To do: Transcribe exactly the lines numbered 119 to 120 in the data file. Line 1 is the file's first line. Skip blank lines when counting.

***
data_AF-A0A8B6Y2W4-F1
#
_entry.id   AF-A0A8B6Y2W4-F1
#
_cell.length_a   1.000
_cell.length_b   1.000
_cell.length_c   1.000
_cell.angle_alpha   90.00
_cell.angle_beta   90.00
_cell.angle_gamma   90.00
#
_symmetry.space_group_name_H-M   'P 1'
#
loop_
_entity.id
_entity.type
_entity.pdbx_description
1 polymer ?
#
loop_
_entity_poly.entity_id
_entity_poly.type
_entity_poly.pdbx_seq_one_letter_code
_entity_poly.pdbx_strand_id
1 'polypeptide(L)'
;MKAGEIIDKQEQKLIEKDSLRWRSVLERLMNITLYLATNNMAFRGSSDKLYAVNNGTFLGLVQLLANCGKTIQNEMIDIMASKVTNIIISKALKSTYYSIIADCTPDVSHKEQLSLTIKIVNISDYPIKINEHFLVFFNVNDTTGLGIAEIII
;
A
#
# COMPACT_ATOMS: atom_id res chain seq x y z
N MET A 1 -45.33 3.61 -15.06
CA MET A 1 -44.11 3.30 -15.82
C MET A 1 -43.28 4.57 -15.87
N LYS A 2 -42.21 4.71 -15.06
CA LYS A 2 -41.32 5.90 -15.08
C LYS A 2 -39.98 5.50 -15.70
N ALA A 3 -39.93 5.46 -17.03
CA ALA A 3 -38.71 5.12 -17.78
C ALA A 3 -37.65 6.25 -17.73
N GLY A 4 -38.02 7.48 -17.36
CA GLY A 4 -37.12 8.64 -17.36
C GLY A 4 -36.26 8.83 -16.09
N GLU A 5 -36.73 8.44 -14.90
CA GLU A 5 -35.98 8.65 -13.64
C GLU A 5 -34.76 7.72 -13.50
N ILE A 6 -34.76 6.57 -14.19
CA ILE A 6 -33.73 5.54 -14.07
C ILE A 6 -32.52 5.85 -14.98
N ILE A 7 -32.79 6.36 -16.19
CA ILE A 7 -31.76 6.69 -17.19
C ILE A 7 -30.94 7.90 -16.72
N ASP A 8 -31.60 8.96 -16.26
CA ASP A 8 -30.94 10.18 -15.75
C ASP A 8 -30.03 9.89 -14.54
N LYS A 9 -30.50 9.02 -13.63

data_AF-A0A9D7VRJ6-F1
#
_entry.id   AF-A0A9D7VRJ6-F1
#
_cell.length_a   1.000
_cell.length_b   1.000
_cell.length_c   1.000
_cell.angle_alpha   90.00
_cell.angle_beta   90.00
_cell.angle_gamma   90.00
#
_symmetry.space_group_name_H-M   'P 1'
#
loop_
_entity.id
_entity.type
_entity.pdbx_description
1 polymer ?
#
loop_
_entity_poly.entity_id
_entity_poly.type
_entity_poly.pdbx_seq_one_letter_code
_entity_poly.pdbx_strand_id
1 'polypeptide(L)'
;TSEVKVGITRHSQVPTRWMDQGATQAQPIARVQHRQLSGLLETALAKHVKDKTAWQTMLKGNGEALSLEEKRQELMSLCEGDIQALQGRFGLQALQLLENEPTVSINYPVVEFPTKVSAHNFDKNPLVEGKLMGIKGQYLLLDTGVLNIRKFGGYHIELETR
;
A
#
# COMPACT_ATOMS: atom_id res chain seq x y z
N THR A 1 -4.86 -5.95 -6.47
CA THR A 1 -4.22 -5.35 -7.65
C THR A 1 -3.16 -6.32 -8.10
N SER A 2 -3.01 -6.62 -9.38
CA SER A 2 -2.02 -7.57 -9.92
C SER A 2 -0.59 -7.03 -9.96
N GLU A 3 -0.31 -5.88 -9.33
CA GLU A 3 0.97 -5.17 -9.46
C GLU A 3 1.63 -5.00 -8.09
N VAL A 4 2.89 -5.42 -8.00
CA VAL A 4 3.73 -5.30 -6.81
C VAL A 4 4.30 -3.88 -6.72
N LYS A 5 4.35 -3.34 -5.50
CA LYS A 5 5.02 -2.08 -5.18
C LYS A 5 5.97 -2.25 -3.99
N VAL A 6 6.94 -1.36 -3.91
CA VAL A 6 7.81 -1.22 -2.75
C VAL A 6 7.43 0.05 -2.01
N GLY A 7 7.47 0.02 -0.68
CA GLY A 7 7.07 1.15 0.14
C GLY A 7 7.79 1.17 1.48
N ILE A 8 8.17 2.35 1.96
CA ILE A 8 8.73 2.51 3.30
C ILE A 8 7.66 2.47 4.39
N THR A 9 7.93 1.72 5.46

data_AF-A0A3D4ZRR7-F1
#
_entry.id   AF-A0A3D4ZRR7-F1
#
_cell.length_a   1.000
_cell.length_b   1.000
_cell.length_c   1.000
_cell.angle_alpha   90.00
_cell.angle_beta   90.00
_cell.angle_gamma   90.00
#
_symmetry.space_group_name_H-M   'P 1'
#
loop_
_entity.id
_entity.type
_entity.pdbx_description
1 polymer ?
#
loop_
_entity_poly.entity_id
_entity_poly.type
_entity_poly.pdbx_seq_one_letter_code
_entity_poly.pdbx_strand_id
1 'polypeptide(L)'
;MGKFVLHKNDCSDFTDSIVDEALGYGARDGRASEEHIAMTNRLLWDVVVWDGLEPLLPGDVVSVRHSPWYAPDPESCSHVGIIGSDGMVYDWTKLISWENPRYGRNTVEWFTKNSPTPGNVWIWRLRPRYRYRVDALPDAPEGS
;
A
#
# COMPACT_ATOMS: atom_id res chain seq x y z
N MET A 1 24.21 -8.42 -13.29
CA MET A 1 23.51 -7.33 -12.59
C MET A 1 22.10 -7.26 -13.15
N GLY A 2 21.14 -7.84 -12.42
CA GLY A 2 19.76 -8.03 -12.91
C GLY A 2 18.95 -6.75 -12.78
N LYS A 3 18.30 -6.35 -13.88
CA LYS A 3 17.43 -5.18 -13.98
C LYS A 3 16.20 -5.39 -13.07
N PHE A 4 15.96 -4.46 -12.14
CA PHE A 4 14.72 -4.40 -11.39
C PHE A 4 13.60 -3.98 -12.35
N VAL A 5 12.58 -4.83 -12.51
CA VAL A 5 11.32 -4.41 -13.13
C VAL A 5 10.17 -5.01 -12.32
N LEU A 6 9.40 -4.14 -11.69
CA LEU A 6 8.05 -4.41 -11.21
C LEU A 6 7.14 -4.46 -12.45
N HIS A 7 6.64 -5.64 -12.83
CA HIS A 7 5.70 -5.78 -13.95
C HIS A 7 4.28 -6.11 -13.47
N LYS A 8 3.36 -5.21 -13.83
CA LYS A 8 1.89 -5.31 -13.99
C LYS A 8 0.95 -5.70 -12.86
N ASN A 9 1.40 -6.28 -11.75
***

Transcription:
_cell.angle_beta   90.00
_cell.angle_gamma   90.00